This could only lead to a parliamentary majority when the Socialist Party (SPU) defected to the Party of Regions in 2006 (giving them 55 percent of the seats), but not in 2007, when the SPU failed to enter parliament.

A projection by NDI-Ukraine for parliamentary seats under the existing proportional and proposed mixed election laws gives the Party of Regions 143 and 232 seats, respectively.

Tymoshenko’s Batkivshchina (Fatherland) and Front for Change would receive fewer seats under the mixed system (87 and 38 respectively) than the current law (116 and 61).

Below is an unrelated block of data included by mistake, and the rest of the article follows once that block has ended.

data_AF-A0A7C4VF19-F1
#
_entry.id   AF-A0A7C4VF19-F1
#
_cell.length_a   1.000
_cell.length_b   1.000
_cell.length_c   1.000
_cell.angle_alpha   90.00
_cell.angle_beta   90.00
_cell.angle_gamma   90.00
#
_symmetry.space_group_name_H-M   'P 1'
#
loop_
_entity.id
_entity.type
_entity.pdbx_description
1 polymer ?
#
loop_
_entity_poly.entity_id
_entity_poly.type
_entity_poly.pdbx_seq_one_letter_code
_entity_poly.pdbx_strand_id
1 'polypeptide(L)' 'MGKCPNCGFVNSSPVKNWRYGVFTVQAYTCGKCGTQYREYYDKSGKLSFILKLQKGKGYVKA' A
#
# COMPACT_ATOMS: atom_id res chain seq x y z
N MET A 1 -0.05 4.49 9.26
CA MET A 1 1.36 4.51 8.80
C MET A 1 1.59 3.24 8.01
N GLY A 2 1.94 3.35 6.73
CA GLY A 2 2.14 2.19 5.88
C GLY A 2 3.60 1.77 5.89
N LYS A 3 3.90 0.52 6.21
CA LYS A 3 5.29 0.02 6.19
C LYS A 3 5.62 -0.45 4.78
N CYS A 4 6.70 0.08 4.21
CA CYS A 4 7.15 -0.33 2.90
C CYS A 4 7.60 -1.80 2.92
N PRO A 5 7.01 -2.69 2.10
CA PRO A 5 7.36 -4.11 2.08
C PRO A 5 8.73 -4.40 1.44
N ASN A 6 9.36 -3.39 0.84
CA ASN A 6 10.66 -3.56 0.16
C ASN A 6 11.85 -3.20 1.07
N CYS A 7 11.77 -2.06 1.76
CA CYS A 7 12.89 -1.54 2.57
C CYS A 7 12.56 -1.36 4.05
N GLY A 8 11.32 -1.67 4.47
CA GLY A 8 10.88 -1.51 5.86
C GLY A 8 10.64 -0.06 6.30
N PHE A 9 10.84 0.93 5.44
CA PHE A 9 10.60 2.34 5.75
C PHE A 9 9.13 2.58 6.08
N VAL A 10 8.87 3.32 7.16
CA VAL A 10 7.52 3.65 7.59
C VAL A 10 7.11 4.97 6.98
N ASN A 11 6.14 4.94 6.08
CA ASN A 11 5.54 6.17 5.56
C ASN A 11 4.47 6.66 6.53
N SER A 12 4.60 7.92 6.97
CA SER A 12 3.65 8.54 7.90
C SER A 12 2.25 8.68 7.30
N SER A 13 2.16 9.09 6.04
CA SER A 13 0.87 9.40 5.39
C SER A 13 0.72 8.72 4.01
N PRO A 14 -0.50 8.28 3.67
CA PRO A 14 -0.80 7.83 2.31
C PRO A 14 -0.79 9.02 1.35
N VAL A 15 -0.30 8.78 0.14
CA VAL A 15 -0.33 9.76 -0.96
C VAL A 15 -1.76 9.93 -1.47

The majority of deputies elected in majoritarian districts would be officials and businessmen who would join a pro-presidential coalition.

On June 23, the Justice Ministry requested the Council of Europe’s Venice Commission and International Foundation Electoral Systems (IFES) to comment on the draft law; these were submitted in September.

The Venice Commission is concerned about the absence of criteria for defining election boundaries, lack of clarity on challenging election results and transparency of the financial sponsoring of parties and candidates.

Opposition parties have called for revising the manner in which the Central Election Commission (which was a major source of election fraud in 2004) and local election commissions are determined.

IFES criticism was stronger, noting the “uncertainty and distrust” that existed between the authorities and opposition and civil society (which will have grown following Tymoshenko’s sentencing).